Assess the use of defences to criminal charges in achieving justice (1 Viewer)


listening to tapes
Jun 10, 2012
welcome to ur tape
Uni Grad
someone asked me this question so i thought i would give the essay plan i wrote available to everyone:

Question: "Assess the use of defences to criminal charges in achieving justice"

chosen defences:
  • mental illness
  • self-defence
  • provocation
criteria for assessment:
- efficiency
- enforceable
- achieve justice for
  • offender
  • victims
  • society

Mental Illness key points
  • not used as often as one might think (only 1.4% of cases actually result in a not guilty verdict "Going crazy in the courtroom" [SMH, 2013])
  • very rigorous in proving it (Outlines in the Mental Health (Forensic Provisions) Act)
  • They "don't get away with it" but rather are found not-guilty and placed in a mental hospital (or whatever they're called)
Self Defence key points
  • Very controversial
  • defined by judge in R v Katarzynski (2002) as "the defendant did what s/he thought was needed to defend himself or someone else from a threat" but this defence is very subjective ("What could defending yourself mean?", (SMH, 2012) )
  • Case of Bracken v R (2007) made the point that the force used was "beyond required" and he went to jail. this is bad because he thought that he needed to use x amount of force when in fact he only needed 0.5x [, The Age (2014)]
  • Before 2013 was not allowed to be used pre-emptively but the Crimes (Amendment) [Defences to Murder] Act 2013 changed after R v Conlon (2012)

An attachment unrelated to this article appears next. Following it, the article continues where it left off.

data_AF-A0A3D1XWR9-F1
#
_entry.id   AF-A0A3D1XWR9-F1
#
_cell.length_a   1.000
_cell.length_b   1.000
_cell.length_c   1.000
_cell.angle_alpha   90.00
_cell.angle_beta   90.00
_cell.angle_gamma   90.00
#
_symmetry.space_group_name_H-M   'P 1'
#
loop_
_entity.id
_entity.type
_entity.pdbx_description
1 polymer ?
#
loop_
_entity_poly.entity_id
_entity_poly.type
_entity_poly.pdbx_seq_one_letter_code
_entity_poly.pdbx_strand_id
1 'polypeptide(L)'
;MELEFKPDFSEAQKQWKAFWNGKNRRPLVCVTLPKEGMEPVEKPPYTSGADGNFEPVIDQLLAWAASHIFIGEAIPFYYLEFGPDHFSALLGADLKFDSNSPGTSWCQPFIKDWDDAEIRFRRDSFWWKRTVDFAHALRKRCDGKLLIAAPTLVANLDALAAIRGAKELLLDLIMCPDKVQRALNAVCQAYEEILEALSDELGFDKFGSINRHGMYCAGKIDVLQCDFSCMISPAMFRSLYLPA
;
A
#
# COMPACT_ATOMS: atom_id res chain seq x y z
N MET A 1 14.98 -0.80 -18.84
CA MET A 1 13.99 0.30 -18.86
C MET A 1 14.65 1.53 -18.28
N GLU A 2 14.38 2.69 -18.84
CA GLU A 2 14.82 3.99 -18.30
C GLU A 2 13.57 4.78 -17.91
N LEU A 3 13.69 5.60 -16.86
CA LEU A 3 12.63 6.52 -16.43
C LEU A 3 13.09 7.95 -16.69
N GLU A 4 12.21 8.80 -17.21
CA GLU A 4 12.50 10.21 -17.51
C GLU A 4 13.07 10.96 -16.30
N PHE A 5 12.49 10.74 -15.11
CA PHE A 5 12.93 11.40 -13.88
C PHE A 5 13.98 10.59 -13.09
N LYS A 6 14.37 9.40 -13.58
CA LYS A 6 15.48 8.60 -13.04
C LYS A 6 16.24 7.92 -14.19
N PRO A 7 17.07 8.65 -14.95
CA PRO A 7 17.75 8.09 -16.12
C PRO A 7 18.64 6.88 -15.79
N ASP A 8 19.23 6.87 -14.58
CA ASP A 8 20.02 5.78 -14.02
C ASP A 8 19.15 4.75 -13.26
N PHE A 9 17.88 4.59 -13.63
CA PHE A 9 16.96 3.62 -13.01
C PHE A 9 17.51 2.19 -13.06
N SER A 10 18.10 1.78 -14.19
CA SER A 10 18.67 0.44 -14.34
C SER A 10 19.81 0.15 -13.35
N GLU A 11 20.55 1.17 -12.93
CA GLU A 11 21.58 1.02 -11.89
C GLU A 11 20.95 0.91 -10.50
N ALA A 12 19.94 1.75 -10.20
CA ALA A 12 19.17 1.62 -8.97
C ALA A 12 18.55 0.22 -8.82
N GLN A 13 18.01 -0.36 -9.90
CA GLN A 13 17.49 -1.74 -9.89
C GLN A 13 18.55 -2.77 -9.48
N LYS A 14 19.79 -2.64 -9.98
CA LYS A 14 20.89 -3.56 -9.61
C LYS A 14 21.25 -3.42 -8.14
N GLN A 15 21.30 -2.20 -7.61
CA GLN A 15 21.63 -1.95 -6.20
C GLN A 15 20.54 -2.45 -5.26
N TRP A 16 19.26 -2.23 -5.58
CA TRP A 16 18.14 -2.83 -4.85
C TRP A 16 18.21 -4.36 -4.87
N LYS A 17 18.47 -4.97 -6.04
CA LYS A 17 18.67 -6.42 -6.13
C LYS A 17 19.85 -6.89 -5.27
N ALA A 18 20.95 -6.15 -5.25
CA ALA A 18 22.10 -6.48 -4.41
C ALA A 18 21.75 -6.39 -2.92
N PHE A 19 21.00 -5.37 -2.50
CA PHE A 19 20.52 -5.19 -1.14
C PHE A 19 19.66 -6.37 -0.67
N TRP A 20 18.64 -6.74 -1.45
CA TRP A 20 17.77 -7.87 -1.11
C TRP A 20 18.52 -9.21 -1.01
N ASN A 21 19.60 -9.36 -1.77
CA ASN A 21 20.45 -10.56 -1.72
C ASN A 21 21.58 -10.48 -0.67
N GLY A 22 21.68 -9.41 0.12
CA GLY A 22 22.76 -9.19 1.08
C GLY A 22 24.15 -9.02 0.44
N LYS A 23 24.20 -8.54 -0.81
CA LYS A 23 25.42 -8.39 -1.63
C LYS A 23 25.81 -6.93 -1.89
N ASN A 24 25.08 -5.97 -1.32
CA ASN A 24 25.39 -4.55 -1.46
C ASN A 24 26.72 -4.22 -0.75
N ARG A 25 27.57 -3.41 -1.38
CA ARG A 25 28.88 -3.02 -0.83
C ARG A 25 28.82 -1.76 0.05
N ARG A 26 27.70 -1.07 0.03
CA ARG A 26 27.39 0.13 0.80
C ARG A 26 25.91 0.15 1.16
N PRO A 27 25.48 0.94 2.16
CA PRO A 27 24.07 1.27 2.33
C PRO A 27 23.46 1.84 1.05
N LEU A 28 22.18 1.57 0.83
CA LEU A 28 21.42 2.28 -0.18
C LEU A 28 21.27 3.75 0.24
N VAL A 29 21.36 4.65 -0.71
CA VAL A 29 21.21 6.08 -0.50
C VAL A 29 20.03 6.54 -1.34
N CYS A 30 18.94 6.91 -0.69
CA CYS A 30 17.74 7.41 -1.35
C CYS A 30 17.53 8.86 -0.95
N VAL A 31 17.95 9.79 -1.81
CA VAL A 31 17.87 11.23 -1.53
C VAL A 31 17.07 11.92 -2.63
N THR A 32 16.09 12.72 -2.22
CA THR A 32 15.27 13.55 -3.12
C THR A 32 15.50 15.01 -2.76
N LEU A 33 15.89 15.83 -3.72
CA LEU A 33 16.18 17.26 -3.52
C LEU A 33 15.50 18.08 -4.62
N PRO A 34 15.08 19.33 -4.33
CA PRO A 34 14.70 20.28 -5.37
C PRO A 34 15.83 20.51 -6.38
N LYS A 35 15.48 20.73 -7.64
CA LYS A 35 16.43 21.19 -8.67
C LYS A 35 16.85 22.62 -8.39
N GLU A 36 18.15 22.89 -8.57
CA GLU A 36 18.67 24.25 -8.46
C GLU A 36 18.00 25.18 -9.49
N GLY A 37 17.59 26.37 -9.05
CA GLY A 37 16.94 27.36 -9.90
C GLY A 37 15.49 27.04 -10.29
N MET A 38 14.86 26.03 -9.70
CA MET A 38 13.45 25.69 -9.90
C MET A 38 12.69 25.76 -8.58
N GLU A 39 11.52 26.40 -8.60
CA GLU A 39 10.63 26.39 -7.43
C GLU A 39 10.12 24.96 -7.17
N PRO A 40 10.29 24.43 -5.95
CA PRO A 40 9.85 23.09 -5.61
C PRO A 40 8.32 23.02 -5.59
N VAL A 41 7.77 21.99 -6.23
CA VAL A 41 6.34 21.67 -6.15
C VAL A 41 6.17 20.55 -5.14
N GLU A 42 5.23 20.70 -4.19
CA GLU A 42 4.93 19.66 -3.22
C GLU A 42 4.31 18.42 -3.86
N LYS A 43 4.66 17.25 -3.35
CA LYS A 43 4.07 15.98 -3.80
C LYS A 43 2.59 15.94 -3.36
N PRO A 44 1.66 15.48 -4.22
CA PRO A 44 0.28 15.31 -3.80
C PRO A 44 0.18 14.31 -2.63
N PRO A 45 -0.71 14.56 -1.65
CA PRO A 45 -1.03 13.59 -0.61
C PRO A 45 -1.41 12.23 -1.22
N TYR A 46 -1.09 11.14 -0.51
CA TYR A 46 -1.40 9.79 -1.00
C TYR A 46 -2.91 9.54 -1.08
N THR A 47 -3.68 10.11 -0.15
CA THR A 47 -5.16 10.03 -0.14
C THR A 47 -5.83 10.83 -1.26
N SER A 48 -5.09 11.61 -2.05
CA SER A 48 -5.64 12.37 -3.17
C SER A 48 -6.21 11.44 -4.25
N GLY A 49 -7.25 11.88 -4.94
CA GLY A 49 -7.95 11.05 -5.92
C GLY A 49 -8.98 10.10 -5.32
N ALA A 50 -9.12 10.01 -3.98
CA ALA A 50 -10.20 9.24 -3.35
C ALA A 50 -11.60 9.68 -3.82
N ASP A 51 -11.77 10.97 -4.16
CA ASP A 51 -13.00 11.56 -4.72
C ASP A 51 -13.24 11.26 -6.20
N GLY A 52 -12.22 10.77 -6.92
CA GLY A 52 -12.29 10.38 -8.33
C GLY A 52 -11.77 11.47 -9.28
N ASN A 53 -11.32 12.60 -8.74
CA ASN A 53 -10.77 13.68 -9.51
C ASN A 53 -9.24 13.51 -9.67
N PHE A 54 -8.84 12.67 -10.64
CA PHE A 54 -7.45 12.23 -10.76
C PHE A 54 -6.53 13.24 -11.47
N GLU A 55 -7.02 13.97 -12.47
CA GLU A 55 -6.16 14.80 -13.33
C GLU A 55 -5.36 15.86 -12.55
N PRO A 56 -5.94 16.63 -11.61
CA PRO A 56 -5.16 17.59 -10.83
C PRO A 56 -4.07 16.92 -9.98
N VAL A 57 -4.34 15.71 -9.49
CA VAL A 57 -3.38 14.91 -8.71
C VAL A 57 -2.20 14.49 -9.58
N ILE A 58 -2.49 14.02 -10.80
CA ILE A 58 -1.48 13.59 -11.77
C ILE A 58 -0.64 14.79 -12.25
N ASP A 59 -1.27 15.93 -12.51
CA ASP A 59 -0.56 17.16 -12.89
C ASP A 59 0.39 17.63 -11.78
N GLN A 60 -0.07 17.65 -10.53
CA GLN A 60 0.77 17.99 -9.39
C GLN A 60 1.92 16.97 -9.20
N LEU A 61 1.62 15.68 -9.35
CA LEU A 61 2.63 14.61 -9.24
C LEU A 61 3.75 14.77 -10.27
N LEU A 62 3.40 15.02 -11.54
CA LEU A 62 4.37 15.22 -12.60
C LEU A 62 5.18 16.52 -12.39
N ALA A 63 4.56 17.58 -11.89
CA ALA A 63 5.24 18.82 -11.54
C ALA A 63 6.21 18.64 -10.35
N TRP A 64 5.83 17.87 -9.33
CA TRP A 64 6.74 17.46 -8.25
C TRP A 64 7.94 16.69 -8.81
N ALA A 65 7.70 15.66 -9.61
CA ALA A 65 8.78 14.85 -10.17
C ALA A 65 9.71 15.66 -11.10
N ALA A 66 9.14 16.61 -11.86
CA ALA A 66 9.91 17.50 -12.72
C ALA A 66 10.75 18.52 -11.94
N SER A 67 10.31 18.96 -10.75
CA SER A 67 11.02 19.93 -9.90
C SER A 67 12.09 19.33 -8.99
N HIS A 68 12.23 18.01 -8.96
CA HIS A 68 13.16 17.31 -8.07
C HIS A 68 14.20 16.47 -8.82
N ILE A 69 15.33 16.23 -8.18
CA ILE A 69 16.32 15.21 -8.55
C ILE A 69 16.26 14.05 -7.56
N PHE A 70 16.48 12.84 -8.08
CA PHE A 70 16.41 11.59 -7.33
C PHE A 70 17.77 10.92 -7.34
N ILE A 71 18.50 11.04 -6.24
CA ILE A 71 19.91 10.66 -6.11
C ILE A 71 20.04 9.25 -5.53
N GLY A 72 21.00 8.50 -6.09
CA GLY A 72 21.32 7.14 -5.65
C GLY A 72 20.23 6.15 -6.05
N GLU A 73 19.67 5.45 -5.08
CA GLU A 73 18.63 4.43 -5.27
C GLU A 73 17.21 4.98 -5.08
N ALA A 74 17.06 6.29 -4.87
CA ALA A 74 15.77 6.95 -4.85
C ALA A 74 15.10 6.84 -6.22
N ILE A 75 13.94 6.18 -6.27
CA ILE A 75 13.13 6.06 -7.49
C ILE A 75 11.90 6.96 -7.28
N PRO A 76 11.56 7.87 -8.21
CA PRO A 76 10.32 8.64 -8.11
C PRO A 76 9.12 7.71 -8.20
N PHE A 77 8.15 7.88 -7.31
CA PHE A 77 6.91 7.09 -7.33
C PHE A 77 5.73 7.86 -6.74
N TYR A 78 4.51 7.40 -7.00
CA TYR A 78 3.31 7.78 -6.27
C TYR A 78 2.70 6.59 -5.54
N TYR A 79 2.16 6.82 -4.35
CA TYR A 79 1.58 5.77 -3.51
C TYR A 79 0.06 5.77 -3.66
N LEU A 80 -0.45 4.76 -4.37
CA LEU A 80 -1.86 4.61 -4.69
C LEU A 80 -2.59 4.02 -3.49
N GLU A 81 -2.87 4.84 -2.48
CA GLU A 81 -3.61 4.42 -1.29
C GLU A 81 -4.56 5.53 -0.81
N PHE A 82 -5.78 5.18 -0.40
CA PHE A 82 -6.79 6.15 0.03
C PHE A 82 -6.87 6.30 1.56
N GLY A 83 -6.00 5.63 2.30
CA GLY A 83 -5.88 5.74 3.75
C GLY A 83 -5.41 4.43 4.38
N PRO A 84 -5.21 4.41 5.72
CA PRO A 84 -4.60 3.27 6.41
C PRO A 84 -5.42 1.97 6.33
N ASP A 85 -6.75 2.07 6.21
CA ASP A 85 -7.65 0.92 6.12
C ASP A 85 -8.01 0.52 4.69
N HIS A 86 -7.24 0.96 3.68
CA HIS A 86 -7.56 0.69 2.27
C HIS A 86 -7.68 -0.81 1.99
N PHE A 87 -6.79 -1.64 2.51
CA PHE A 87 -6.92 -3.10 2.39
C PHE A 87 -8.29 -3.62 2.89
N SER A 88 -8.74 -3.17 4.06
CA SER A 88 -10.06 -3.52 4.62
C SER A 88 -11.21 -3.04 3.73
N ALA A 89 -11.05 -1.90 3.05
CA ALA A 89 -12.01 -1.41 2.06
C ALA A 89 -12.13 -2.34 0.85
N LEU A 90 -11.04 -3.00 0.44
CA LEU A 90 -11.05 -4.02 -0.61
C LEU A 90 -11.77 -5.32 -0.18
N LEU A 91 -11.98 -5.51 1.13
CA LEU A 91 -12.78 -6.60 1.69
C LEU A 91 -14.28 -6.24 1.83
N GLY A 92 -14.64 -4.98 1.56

Provocation key points
  • even more controversial
  • provoking is subjective so people have different lines. R v Camplin (1978) [Context: Uncle raped him so the kid killed him] shows us that his situation was unique and that a reasonable person in the same situation would have behaved similarly in the same situation.
  • However this is being used excessively and inappropriately in cases of domestic violence and homosexual advances. Example in R v Singh (2012) [Context: Mr singh got 6yrs for killing is wife after she asked for a divorce] made the point that "an average man would have also done the same" but SMH, 2012 argued the converse.
  • People are also using this for homosexual advances. In The Queen v Green (can't remember year) the guy killed him because another gay guy started hitting on him - not justice
  • talk about the Ramage case and the media outbreak
  • prior to 2013 defendants who fought their case to court had their defence as a "surprise" which usually would wack the prosecution. but since the Criminal Procedure Amendment (Mandatory Pre-*‐trial Defence Disclosure) Act 2013 it is now compulsory for the defence to be disclosed to the prosecution before the trial and discuss how this is good for R/Victims and bad for defendants
Last edited:


New Member
Feb 5, 2015
Thanks! I had the exact same question, this really helped me out :)

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